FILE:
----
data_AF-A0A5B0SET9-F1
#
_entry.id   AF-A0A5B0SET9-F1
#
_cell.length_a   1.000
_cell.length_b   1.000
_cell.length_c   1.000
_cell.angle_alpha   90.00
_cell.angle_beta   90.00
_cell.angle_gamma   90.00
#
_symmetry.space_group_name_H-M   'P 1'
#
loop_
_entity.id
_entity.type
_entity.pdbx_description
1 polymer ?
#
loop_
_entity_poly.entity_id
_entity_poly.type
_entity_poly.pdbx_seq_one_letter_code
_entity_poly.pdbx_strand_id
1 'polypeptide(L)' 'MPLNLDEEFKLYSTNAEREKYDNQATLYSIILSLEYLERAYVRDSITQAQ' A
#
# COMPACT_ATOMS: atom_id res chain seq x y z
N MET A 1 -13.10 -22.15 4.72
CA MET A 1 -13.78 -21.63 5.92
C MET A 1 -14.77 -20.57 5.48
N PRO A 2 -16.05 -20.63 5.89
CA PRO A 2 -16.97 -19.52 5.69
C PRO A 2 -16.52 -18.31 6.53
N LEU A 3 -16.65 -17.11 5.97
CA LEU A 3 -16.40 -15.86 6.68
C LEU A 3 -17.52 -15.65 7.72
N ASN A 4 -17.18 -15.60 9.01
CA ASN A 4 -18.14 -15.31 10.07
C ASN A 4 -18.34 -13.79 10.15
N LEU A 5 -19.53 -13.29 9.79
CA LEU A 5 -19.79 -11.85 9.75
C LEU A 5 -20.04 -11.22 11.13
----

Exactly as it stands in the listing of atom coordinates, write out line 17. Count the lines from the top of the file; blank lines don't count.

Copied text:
_entity.pdbx_description